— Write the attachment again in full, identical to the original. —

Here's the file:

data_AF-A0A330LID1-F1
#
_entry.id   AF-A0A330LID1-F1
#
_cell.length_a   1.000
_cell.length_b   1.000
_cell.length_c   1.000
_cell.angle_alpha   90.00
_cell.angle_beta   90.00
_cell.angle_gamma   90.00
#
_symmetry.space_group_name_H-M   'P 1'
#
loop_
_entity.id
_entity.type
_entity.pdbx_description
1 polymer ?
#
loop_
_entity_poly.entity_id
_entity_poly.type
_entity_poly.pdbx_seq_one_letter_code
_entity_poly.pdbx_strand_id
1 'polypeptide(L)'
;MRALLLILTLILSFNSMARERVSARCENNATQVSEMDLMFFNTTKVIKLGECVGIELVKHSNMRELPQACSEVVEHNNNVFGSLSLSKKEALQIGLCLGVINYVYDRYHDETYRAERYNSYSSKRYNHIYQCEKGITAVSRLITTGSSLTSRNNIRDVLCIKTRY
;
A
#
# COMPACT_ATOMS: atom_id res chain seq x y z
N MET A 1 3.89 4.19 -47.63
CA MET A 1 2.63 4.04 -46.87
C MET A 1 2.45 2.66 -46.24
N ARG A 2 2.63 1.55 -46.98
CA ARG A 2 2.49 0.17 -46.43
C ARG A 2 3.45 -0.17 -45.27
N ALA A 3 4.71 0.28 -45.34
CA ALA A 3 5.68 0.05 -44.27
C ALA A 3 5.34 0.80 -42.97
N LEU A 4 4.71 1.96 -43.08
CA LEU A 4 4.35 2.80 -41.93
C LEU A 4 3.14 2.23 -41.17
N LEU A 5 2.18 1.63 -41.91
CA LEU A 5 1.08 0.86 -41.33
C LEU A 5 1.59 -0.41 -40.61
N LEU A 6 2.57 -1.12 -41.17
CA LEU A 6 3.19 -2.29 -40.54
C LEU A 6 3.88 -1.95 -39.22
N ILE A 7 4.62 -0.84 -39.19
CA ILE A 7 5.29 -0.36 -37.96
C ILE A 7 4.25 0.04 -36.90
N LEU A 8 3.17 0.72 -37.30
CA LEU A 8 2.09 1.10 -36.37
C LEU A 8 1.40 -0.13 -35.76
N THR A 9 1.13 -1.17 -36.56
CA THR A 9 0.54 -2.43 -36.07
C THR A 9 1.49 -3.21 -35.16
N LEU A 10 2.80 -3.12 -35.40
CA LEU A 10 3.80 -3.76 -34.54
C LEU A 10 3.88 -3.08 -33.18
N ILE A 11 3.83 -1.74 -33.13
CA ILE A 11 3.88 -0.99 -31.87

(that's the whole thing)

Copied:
data_AF-A0A330LID1-F1
#
_entry.id   AF-A0A330LID1-F1
#
_cell.length_a   1.000
_cell.length_b   1.000
_cell.length_c   1.000
_cell.angle_alpha   90.00
_cell.angle_beta   90.00
_cell.angle_gamma   90.00
#
_symmetry.space_group_name_H-M   'P 1'
#
loop_
_entity.id
_entity.type
_entity.pdbx_description
1 polymer ?
#
loop_
_entity_poly.entity_id
_entity_poly.type
_entity_poly.pdbx_seq_one_letter_code
_entity_poly.pdbx_strand_id
1 'polypeptide(L)'
;MRALLLILTLILSFNSMARERVSARCENNATQVSEMDLMFFNTTKVIKLGECVGIELVKHSNMRELPQACSEVVEHNNNVFGSLSLSKKEALQIGLCLGVINYVYDRYHDETYRAERYNSYSSKRYNHIYQCEKGITAVSRLITTGSSLTSRNNIRDVLCIKTRY
;
A
#
# COMPACT_ATOMS: atom_id res chain seq x y z
N MET A 1 3.89 4.19 -47.63
CA MET A 1 2.63 4.04 -46.87
C MET A 1 2.45 2.66 -46.24
N ARG A 2 2.63 1.55 -46.98
CA ARG A 2 2.49 0.17 -46.43
C ARG A 2 3.45 -0.17 -45.27
N ALA A 3 4.71 0.28 -45.34
CA ALA A 3 5.68 0.05 -44.27
C ALA A 3 5.34 0.80 -42.97
N LEU A 4 4.71 1.96 -43.08
CA LEU A 4 4.35 2.80 -41.93
C LEU A 4 3.14 2.23 -41.17
N LEU A 5 2.18 1.63 -41.91
CA LEU A 5 1.08 0.86 -41.33
C LEU A 5 1.59 -0.41 -40.61
N LEU A 6 2.57 -1.12 -41.17
CA LEU A 6 3.19 -2.29 -40.54
C LEU A 6 3.88 -1.95 -39.22
N ILE A 7 4.62 -0.84 -39.19
CA ILE A 7 5.29 -0.36 -37.96
C ILE A 7 4.25 0.04 -36.90
N LEU A 8 3.17 0.72 -37.30
CA LEU A 8 2.09 1.10 -36.37
C LEU A 8 1.40 -0.13 -35.76
N THR A 9 1.13 -1.17 -36.56
CA THR A 9 0.54 -2.43 -36.07
C THR A 9 1.49 -3.21 -35.16
N LEU A 10 2.80 -3.12 -35.40
CA LEU A 10 3.80 -3.76 -34.54
C LEU A 10 3.88 -3.08 -33.18
N ILE A 11 3.83 -1.74 -33.13
CA ILE A 11 3.88 -0.99 -31.87